Korea Linux Forum 2014: Linux and Law Enforcement

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On November 11, 2014 Joshua James of CybercrimeTech.com gave a presentation at the Korea Linux Forum on Linux and Law Enforcement: Challenges and Opportunities. Presentation slides can be found at the link.

A bit about the talk can be found below.

Overall, I thought the Korea Linux Forum 2014 was very interested. I'd never been to that kind of conference before, and I think it was not so usual to have a speaker talking about how criminals and Law Enforcement are using Linux / Open Source. I think most engineers were maybe not so interested, but I seemed to get a bit of interest from the legal side. All-in-all, definitely a conference I will try to attend next year.

Linux and Law Enforcement: Challenges and Opportunities

Abstract
Like all technology, Linux can be used for good or evil. Cybercrime and digital forensic investigators must be able to investigate Linux-based systems that have been attacked, or have been used for criminal purposes. While hackers have adopted Linux for its power and flexibility, Law Enforcement have mixed feelings about Linux and open source projects in general. This talk will discuss how both Law Enforcement and criminals are using Linux, current perceptions of Law Enforcement toward the use of Linux and community-developed software, and legal considerations about the use of open source tools in digital investigations.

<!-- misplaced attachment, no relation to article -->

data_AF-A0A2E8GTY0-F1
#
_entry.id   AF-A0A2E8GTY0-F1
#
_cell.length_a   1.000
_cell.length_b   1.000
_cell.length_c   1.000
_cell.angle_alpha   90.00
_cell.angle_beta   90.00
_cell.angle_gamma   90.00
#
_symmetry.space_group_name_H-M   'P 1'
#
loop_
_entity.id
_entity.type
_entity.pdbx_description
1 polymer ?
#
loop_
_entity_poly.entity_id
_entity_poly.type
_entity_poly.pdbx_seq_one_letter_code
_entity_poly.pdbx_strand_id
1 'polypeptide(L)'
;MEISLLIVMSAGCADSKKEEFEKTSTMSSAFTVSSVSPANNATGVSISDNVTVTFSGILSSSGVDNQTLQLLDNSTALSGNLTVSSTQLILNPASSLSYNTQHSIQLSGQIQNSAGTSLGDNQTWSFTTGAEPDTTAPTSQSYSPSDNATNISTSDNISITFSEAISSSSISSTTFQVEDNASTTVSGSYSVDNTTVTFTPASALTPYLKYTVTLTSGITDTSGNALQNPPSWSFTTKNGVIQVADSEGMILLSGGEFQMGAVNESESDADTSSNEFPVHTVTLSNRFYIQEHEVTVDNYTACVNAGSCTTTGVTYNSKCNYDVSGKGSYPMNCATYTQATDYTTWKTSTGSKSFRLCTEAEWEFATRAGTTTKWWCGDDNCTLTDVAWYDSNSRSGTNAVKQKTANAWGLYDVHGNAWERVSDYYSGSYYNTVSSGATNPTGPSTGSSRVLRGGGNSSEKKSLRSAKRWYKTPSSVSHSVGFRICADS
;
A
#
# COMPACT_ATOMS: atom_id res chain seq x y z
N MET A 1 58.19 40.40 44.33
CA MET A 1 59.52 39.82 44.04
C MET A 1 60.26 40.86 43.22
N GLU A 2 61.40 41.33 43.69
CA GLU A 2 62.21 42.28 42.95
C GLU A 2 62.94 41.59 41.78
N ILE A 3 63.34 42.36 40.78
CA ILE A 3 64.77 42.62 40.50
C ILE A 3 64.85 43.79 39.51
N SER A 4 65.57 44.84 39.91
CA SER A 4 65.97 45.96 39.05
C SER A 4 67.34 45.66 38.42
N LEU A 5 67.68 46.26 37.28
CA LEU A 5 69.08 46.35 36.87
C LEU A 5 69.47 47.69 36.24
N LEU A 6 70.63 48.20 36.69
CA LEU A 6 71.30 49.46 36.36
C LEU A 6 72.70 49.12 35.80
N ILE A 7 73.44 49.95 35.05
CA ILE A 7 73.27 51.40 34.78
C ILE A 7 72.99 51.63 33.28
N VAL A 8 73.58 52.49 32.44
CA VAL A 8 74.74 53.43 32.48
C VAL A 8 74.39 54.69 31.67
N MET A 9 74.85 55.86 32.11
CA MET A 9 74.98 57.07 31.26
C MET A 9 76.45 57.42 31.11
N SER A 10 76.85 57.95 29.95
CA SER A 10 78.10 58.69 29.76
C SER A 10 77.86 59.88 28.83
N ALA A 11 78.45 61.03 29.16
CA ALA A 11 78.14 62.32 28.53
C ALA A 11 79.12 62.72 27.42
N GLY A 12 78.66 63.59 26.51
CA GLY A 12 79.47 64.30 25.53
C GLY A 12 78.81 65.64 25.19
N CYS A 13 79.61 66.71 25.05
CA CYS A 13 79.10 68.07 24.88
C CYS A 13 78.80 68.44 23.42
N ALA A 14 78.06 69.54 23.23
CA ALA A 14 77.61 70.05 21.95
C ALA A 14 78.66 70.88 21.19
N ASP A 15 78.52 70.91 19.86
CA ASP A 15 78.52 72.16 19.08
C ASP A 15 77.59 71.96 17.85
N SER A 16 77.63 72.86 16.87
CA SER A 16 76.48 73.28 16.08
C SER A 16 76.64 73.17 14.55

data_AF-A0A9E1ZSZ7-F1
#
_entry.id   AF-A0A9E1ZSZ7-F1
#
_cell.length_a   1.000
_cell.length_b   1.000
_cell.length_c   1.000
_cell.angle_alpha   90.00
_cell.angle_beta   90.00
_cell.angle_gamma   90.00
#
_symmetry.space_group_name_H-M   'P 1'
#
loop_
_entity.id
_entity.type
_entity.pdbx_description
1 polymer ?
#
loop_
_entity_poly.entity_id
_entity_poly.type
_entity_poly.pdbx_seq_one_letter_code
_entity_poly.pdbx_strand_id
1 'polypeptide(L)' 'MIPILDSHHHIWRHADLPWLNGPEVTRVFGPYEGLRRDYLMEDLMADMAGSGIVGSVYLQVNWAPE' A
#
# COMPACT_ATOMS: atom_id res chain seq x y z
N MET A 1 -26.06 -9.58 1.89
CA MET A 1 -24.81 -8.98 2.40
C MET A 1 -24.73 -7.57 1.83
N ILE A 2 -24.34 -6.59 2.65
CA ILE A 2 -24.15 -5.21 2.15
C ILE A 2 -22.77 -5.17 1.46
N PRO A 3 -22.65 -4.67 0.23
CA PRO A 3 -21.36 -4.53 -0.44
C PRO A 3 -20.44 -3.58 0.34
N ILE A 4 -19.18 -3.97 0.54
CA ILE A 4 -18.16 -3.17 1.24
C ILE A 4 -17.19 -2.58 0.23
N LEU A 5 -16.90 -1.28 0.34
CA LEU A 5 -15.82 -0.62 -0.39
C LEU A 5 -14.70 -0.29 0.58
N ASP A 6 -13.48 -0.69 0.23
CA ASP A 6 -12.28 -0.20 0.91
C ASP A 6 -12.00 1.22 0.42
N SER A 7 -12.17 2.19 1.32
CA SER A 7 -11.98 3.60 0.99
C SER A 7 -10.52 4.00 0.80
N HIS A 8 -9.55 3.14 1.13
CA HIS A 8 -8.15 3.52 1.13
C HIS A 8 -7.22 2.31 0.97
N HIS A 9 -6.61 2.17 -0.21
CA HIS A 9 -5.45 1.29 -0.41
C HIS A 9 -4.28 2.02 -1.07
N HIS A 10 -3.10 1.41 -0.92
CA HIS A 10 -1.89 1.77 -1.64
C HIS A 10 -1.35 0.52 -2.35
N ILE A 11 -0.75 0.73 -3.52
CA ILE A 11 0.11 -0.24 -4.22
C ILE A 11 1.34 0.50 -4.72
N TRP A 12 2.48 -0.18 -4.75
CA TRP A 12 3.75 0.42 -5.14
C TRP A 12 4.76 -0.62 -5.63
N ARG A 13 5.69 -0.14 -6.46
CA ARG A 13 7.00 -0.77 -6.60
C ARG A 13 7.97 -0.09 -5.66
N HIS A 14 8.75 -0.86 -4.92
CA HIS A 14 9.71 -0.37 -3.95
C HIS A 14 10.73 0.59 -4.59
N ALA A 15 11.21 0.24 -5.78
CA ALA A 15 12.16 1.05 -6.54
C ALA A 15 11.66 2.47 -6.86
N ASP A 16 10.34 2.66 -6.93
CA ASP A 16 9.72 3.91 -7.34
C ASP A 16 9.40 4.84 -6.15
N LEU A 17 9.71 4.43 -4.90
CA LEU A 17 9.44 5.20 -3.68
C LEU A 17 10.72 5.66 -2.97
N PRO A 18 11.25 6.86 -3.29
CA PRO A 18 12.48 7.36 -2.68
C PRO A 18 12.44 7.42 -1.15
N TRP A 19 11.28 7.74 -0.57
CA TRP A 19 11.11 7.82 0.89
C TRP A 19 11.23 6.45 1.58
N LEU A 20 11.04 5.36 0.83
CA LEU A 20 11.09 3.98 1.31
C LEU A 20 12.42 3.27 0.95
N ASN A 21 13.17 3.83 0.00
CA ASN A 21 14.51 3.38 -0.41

Audience
All technologies are vulnerable to criminal abuse. This talk will help the community understand what Law Enforcement are doing about current cybercrime cases, and what role Linux (and the community) play in both supporting and preventing digital crime. It is hoped that if developers, administrators and users are more aware of the challenges Law Enforcement face, then not only can the security of the ecosystem be improved, but also justice when the ecosystem is criminally abused.

Experience Level
Any

Benefits to the Ecosystem
All technologies are vulnerable to criminal abuse. This talk will help the community understand what Law Enforcement are doing about current cybercrime cases, and what role Linux (and the community) play in both supporting and preventing digital crime. It is hoped that if developers, administrators and users are more aware of the perspective of Law Enforcement, then not only can the security of the ecosystem be improved, but also justice when the ecosystem is abused.

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